Fluorescent biosensors: design and application to motor proteins

Exp Suppl. 2014;105:25-47. doi: 10.1007/978-3-0348-0856-9_2.


Reagentless biosensors are single molecular species that report the concentration of a specific target analyte, while having minimal impact on the system being studied. This chapter reviews such biosensors with emphasis on the ones that use fluorescence as readout and can be used for real-time assays of concentration changes with reasonably high time resolution and sensitivity. Reagentless biosensors can be designed with different types of recognition elements, particularly specific binding proteins and nucleic acids, including aptamers. Different ways are described in which a fluorescence signal can be used to report the target concentration. These include the use of single, environmentally sensitive fluorophores; FRET pairs, often used in genetically encoded biosensors; and pairs of identical fluorophores that undergo reversible stacking interactions to change fluorescence intensity. The applications of these biosensors in different types of real-time assays with motor proteins are described together with some specific examples. These encompass regulation and mechanism of motor proteins, using both steady-state assays and single-turnover measurements.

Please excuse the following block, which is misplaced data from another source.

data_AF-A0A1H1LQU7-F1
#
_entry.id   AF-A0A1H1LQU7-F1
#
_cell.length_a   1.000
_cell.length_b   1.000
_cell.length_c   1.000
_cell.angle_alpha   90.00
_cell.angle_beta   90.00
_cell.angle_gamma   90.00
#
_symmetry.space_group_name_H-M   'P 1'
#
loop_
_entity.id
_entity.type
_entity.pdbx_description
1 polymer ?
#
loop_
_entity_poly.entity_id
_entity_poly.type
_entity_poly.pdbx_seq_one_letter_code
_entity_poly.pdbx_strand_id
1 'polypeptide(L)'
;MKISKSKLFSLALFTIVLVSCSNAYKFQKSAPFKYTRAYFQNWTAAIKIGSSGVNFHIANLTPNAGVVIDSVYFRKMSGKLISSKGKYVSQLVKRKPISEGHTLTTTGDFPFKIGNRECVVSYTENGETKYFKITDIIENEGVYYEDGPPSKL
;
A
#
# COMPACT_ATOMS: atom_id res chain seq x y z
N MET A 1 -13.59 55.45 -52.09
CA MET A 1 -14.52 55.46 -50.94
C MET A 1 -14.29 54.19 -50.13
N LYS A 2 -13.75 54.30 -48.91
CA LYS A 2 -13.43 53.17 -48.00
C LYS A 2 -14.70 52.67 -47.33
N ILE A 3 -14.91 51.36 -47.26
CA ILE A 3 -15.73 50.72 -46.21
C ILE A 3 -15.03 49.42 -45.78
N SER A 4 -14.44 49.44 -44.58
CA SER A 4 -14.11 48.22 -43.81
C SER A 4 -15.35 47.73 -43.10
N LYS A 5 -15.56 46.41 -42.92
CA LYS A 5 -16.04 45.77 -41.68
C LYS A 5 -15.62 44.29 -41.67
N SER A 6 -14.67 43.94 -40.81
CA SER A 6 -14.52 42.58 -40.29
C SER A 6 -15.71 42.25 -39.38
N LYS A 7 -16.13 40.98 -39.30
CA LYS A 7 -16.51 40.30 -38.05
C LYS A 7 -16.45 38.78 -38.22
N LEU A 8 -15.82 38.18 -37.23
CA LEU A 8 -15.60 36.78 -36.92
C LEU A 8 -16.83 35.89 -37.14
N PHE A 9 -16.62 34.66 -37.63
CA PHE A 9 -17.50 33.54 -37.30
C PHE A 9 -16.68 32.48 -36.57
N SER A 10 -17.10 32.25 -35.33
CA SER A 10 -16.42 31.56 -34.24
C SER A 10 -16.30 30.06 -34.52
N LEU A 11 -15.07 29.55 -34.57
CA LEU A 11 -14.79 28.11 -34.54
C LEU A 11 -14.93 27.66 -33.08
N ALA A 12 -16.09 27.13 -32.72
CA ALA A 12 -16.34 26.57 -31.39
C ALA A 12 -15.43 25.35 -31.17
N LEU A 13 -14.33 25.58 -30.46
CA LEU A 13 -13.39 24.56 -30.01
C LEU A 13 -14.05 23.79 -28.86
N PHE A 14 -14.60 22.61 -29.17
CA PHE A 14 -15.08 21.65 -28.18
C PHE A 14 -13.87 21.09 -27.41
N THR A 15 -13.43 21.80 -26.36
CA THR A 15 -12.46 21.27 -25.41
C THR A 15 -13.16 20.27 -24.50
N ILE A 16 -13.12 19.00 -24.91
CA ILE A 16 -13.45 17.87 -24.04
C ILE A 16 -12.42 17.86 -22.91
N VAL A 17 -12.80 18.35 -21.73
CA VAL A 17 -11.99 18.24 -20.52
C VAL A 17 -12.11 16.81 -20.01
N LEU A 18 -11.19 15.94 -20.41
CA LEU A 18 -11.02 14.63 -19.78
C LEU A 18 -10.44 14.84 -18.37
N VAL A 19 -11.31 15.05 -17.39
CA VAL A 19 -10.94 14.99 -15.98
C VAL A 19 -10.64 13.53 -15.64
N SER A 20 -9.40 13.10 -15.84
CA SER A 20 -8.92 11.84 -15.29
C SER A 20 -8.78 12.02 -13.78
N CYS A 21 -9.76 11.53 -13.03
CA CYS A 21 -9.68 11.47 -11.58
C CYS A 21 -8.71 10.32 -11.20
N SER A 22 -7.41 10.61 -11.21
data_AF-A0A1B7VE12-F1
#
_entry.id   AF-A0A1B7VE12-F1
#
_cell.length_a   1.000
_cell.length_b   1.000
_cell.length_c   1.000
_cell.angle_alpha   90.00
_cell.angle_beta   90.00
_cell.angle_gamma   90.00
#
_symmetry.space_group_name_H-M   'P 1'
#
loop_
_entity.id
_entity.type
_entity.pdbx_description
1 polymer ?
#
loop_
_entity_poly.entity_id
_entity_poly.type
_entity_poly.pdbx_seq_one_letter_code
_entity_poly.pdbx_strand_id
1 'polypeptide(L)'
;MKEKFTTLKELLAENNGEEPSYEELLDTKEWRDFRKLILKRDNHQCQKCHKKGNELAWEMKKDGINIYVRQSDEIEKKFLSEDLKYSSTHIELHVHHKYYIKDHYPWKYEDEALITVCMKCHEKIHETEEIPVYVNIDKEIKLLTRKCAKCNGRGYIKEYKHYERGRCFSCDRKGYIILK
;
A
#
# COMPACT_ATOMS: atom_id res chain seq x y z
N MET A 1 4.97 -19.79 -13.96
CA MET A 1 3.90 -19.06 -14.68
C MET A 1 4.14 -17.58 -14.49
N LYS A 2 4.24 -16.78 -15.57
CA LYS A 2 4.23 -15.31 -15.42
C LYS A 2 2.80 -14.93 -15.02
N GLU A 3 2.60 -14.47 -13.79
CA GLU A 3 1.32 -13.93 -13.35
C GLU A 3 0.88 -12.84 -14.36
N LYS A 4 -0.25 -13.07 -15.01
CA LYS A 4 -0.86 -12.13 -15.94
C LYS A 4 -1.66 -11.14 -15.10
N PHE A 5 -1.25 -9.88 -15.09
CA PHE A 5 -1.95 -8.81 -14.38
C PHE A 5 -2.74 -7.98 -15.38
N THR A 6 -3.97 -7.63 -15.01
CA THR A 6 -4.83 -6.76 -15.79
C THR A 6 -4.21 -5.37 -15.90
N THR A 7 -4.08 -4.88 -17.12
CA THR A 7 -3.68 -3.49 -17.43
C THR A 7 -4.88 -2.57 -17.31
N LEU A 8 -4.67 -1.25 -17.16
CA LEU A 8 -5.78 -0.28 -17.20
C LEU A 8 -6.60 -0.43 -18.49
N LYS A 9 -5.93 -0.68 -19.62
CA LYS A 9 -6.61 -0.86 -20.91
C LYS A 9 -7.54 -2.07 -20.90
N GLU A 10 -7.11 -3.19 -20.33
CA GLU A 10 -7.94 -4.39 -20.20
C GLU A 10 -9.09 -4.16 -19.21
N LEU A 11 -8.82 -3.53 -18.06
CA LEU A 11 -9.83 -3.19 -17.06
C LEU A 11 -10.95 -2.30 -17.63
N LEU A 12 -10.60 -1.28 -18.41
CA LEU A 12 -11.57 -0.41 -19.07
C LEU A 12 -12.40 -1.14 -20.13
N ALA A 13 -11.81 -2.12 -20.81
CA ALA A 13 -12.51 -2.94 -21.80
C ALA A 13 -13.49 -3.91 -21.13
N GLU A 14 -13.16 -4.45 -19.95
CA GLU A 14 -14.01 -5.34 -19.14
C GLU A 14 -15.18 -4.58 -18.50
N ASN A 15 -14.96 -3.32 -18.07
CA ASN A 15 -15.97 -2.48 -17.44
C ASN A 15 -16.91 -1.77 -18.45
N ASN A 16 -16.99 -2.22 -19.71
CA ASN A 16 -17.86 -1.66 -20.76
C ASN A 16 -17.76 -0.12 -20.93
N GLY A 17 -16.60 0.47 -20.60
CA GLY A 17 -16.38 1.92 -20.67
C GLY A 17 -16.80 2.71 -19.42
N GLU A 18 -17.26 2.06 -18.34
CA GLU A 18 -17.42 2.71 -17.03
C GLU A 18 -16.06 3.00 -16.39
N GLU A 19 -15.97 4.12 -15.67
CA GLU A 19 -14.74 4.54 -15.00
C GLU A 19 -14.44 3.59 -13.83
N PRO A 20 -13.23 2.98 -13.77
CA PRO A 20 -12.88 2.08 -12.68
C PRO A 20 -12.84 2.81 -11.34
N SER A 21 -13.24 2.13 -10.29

Publication types

  • Research Support, Non-U.S. Gov't
  • Review

MeSH terms

  • Animals
  • Antibodies / metabolism
  • Biosensing Techniques*
  • Fluorescence Resonance Energy Transfer
  • Fluorescent Dyes / metabolism*
  • Humans
  • Kinetics
  • Luminescent Proteins / metabolism
  • Molecular Motor Proteins / metabolism*
  • Molecular Probe Techniques*
  • Nucleic Acids / metabolism
  • Optical Imaging / methods*


  • Antibodies
  • Fluorescent Dyes
  • Luminescent Proteins
  • Molecular Motor Proteins
  • Nucleic Acids